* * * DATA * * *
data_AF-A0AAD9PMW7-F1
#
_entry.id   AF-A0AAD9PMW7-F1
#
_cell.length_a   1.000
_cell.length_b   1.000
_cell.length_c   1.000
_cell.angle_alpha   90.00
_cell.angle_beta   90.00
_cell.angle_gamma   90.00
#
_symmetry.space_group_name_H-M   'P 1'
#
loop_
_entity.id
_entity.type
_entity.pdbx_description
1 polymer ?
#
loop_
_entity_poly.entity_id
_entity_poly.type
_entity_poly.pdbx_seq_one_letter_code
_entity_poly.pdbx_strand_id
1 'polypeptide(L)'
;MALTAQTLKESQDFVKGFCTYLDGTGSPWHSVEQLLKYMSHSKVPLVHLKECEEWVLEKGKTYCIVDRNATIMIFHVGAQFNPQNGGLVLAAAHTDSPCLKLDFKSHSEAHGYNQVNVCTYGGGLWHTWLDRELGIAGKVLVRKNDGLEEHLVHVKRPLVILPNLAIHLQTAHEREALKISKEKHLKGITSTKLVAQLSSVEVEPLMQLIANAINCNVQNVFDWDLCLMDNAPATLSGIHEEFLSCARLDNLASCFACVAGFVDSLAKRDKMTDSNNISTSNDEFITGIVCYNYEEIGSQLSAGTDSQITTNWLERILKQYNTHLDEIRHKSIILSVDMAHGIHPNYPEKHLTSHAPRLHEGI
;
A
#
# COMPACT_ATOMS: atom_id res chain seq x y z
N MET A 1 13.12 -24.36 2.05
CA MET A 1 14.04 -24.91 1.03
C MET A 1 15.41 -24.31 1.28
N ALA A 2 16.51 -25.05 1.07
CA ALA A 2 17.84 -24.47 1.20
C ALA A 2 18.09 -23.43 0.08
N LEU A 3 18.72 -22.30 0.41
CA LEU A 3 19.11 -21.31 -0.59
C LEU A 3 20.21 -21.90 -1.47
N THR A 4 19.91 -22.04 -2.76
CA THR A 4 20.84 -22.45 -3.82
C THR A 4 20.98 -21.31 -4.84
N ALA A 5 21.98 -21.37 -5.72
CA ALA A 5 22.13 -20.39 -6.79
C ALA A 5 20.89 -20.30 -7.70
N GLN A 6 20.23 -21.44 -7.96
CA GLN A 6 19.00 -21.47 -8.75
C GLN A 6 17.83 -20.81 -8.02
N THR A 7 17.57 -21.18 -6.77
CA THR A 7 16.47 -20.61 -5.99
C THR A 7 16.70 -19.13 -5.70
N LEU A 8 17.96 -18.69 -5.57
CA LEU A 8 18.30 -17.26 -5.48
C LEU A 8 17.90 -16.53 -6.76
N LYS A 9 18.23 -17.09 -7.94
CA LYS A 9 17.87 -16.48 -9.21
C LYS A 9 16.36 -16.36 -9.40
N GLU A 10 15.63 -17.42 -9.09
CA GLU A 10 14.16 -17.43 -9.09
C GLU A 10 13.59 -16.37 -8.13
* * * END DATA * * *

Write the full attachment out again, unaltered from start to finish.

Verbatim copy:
data_AF-A0AAD9PMW7-F1
#
_entry.id   AF-A0AAD9PMW7-F1
#
_cell.length_a   1.000
_cell.length_b   1.000
_cell.length_c   1.000
_cell.angle_alpha   90.00
_cell.angle_beta   90.00
_cell.angle_gamma   90.00
#
_symmetry.space_group_name_H-M   'P 1'
#
loop_
_entity.id
_entity.type
_entity.pdbx_description
1 polymer ?
#
loop_
_entity_poly.entity_id
_entity_poly.type
_entity_poly.pdbx_seq_one_letter_code
_entity_poly.pdbx_strand_id
1 'polypeptide(L)'
;MALTAQTLKESQDFVKGFCTYLDGTGSPWHSVEQLLKYMSHSKVPLVHLKECEEWVLEKGKTYCIVDRNATIMIFHVGAQFNPQNGGLVLAAAHTDSPCLKLDFKSHSEAHGYNQVNVCTYGGGLWHTWLDRELGIAGKVLVRKNDGLEEHLVHVKRPLVILPNLAIHLQTAHEREALKISKEKHLKGITSTKLVAQLSSVEVEPLMQLIANAINCNVQNVFDWDLCLMDNAPATLSGIHEEFLSCARLDNLASCFACVAGFVDSLAKRDKMTDSNNISTSNDEFITGIVCYNYEEIGSQLSAGTDSQITTNWLERILKQYNTHLDEIRHKSIILSVDMAHGIHPNYPEKHLTSHAPRLHEGI
;
A
#
# COMPACT_ATOMS: atom_id res chain seq x y z
N MET A 1 13.12 -24.36 2.05
CA MET A 1 14.04 -24.91 1.03
C MET A 1 15.41 -24.31 1.28
N ALA A 2 16.51 -25.05 1.07
CA ALA A 2 17.84 -24.47 1.20
C ALA A 2 18.09 -23.43 0.08
N LEU A 3 18.72 -22.30 0.41
CA LEU A 3 19.11 -21.31 -0.59
C LEU A 3 20.21 -21.90 -1.47
N THR A 4 19.91 -22.04 -2.76
CA THR A 4 20.84 -22.45 -3.82
C THR A 4 20.98 -21.31 -4.84
N ALA A 5 21.98 -21.37 -5.72
CA ALA A 5 22.13 -20.39 -6.79
C ALA A 5 20.89 -20.30 -7.70
N GLN A 6 20.23 -21.44 -7.96
CA GLN A 6 19.00 -21.47 -8.75
C GLN A 6 17.83 -20.81 -8.02
N THR A 7 17.57 -21.18 -6.77
CA THR A 7 16.47 -20.61 -5.99
C THR A 7 16.70 -19.13 -5.70
N LEU A 8 17.96 -18.69 -5.57
CA LEU A 8 18.30 -17.26 -5.48
C LEU A 8 17.90 -16.53 -6.76
N LYS A 9 18.23 -17.09 -7.94
CA LYS A 9 17.87 -16.48 -9.21
C LYS A 9 16.36 -16.36 -9.40
N GLU A 10 15.63 -17.42 -9.09
CA GLU A 10 14.16 -17.43 -9.09
C GLU A 10 13.59 -16.37 -8.13